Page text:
US 8141637 B2
Solid material required at a subterranean location is supplied from the surface suspended in a carrier liquid and agglomerated below ground by means of a binding liquid. To achieve agglomeration, the binding liquid and the particulate solid are similar to each other but opposite to the carrier liquid in hydrophilic/hydrophobic character. The solid and the binding liquid may both be hydrophobic while the carrier liquid is hydrophilic, or vice versa. The solid may be hydrophobically surface modified to render it hydrophobic. The binding liquid may be provided as a precursor which converts to the binding liquid below ground to trigger agglomeration after arrival at the subterranean location. The agglomerates may function as proppant heterogeneously placed in a fracture of a reservoir, or may serve to block an unwanted path of flow. The binding liquid may polymerise after agglomeration so as to stabilise and strengthen the agglomerates.
1. A method of delivering solid material below ground, comprising supplying, underground, a composition comprising a carrier liquid in which there are suspended a binding liquid and a particulate solid, the binding liquid and the particulate solid being similar to each other but opposite to the carrier liquid in hydrophilic/hydrophobic character such that agglomerates of the solid particles held together by the binding liquid are formed by agglomeration below ground.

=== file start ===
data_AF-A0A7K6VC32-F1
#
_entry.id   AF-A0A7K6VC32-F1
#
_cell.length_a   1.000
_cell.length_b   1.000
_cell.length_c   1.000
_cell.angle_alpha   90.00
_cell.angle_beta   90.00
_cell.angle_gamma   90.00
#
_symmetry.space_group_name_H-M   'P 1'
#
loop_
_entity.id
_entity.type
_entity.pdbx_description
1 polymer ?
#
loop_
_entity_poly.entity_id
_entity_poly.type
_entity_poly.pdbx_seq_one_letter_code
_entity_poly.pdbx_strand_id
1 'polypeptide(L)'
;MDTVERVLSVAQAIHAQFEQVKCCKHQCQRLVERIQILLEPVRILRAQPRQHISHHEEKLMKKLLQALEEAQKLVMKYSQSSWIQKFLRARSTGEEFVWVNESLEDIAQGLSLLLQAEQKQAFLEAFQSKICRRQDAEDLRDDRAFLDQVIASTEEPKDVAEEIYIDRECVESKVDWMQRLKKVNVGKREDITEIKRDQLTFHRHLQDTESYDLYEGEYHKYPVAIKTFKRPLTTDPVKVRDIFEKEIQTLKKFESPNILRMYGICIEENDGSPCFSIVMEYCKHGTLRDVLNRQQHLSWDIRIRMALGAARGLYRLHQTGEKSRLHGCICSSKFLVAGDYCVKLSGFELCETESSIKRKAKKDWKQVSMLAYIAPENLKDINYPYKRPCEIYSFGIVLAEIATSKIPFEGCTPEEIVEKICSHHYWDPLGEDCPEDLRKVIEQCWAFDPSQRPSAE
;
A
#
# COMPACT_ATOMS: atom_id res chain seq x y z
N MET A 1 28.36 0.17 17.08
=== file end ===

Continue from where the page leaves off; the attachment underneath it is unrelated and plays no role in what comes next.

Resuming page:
2. A method according to
3. A method according to
4. A method according to
5. A method according to
6. A method according to
7. A method according to
8. A method according to
9. A method according to
10. A method according to
11. A method according to
12. A method according to
13. A method according to
14. A method according to
15. A method according to
16. A method according to
17. A method according to
18. A method according to
19. A method according to
20. A method of manipulating a subterranean flow path comprising providing a composition within said flow path comprising a carrier liquid in which there are suspended a binding liquid and a particulate solid which is insoluble in both the carrier and binding liquids, the binding liquid and the particulate solid being similar to each other but opposite to the carrier in hydrophilic/hydrophobic character, and causing or allowing agglomeration by the binding liquid to provide agglomerates of the solid particles held together by the binding liquid within that flow path.